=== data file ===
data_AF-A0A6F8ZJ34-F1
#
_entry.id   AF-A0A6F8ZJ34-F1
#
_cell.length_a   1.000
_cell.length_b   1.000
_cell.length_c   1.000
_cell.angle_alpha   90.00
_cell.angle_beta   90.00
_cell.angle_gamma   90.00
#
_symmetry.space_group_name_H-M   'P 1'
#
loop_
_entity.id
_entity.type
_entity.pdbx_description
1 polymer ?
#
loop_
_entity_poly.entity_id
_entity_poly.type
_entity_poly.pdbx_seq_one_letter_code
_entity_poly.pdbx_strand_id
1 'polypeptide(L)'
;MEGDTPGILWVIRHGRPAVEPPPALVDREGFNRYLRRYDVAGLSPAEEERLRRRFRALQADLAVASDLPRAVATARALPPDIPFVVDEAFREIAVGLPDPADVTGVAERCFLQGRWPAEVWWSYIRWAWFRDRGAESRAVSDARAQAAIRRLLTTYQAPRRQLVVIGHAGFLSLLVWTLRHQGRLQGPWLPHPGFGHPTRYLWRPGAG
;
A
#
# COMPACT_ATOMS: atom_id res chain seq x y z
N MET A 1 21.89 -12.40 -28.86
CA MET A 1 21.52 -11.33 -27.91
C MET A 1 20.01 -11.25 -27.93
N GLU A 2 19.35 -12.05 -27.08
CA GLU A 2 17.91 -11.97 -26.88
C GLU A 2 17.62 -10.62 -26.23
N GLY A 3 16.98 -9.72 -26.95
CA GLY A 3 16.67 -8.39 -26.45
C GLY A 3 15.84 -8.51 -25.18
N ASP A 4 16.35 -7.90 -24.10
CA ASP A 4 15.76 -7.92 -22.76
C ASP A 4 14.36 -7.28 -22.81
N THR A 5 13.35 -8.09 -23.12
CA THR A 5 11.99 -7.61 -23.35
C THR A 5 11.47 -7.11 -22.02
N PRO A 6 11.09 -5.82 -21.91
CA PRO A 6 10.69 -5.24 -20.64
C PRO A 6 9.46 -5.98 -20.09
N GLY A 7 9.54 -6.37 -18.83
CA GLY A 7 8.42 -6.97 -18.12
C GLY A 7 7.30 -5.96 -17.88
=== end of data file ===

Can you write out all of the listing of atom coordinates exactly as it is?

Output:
data_AF-A0A6F8ZJ34-F1
#
_entry.id   AF-A0A6F8ZJ34-F1
#
_cell.length_a   1.000
_cell.length_b   1.000
_cell.length_c   1.000
_cell.angle_alpha   90.00
_cell.angle_beta   90.00
_cell.angle_gamma   90.00
#
_symmetry.space_group_name_H-M   'P 1'
#
loop_
_entity.id
_entity.type
_entity.pdbx_description
1 polymer ?
#
loop_
_entity_poly.entity_id
_entity_poly.type
_entity_poly.pdbx_seq_one_letter_code
_entity_poly.pdbx_strand_id
1 'polypeptide(L)'
;MEGDTPGILWVIRHGRPAVEPPPALVDREGFNRYLRRYDVAGLSPAEEERLRRRFRALQADLAVASDLPRAVATARALPPDIPFVVDEAFREIAVGLPDPADVTGVAERCFLQGRWPAEVWWSYIRWAWFRDRGAESRAVSDARAQAAIRRLLTTYQAPRRQLVVIGHAGFLSLLVWTLRHQGRLQGPWLPHPGFGHPTRYLWRPGAG
;
A
#
# COMPACT_ATOMS: atom_id res chain seq x y z
N MET A 1 21.89 -12.40 -28.86
CA MET A 1 21.52 -11.33 -27.91
C MET A 1 20.01 -11.25 -27.93
N GLU A 2 19.35 -12.05 -27.08
CA GLU A 2 17.91 -11.97 -26.88
C GLU A 2 17.62 -10.62 -26.23
N GLY A 3 16.98 -9.72 -26.95
CA GLY A 3 16.67 -8.39 -26.45
C GLY A 3 15.84 -8.51 -25.18
N ASP A 4 16.35 -7.90 -24.10
CA ASP A 4 15.76 -7.92 -22.76
C ASP A 4 14.36 -7.28 -22.81
N THR A 5 13.35 -8.09 -23.12
CA THR A 5 11.99 -7.61 -23.35
C THR A 5 11.47 -7.11 -22.02
N PRO A 6 11.09 -5.82 -21.91
CA PRO A 6 10.69 -5.24 -20.64
C PRO A 6 9.46 -5.98 -20.09
N GLY A 7 9.54 -6.37 -18.83
CA GLY A 7 8.42 -6.97 -18.12
C GLY A 7 7.30 -5.96 -17.88